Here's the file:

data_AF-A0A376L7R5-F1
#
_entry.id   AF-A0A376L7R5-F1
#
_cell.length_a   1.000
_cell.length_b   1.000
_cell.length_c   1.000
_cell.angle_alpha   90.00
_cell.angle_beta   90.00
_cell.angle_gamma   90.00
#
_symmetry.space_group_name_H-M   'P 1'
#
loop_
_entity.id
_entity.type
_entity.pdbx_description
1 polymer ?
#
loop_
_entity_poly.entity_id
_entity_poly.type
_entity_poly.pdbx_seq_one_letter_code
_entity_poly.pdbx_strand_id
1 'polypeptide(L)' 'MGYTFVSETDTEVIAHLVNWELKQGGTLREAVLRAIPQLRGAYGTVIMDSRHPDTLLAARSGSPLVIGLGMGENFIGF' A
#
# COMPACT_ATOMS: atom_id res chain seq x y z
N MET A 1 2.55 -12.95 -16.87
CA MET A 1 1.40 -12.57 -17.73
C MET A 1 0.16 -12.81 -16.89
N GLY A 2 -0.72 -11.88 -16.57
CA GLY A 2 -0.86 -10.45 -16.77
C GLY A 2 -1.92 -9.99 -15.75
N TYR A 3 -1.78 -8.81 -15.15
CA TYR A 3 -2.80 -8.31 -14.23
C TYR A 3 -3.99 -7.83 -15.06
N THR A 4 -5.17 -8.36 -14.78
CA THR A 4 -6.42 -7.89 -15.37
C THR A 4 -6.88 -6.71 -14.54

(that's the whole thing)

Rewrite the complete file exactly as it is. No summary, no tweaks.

data_AF-A0A376L7R5-F1
#
_entry.id   AF-A0A376L7R5-F1
#
_cell.length_a   1.000
_cell.length_b   1.000
_cell.length_c   1.000
_cell.angle_alpha   90.00
_cell.angle_beta   90.00
_cell.angle_gamma   90.00
#
_symmetry.space_group_name_H-M   'P 1'
#
loop_
_entity.id
_entity.type
_entity.pdbx_description
1 polymer ?
#
loop_
_entity_poly.entity_id
_entity_poly.type
_entity_poly.pdbx_seq_one_letter_code
_entity_poly.pdbx_strand_id
1 'polypeptide(L)' 'MGYTFVSETDTEVIAHLVNWELKQGGTLREAVLRAIPQLRGAYGTVIMDSRHPDTLLAARSGSPLVIGLGMGENFIGF' A
#
# COMPACT_ATOMS: atom_id res chain seq x y z
N MET A 1 2.55 -12.95 -16.87
CA MET A 1 1.40 -12.57 -17.73
C MET A 1 0.16 -12.81 -16.89
N GLY A 2 -0.72 -11.88 -16.57
CA GLY A 2 -0.86 -10.45 -16.77
C GLY A 2 -1.92 -9.99 -15.75
N TYR A 3 -1.78 -8.81 -15.15
CA TYR A 3 -2.80 -8.31 -14.23
C TYR A 3 -3.99 -7.83 -15.06
N THR A 4 -5.17 -8.36 -14.78
CA THR A 4 -6.42 -7.89 -15.37
C THR A 4 -6.88 -6.71 -14.54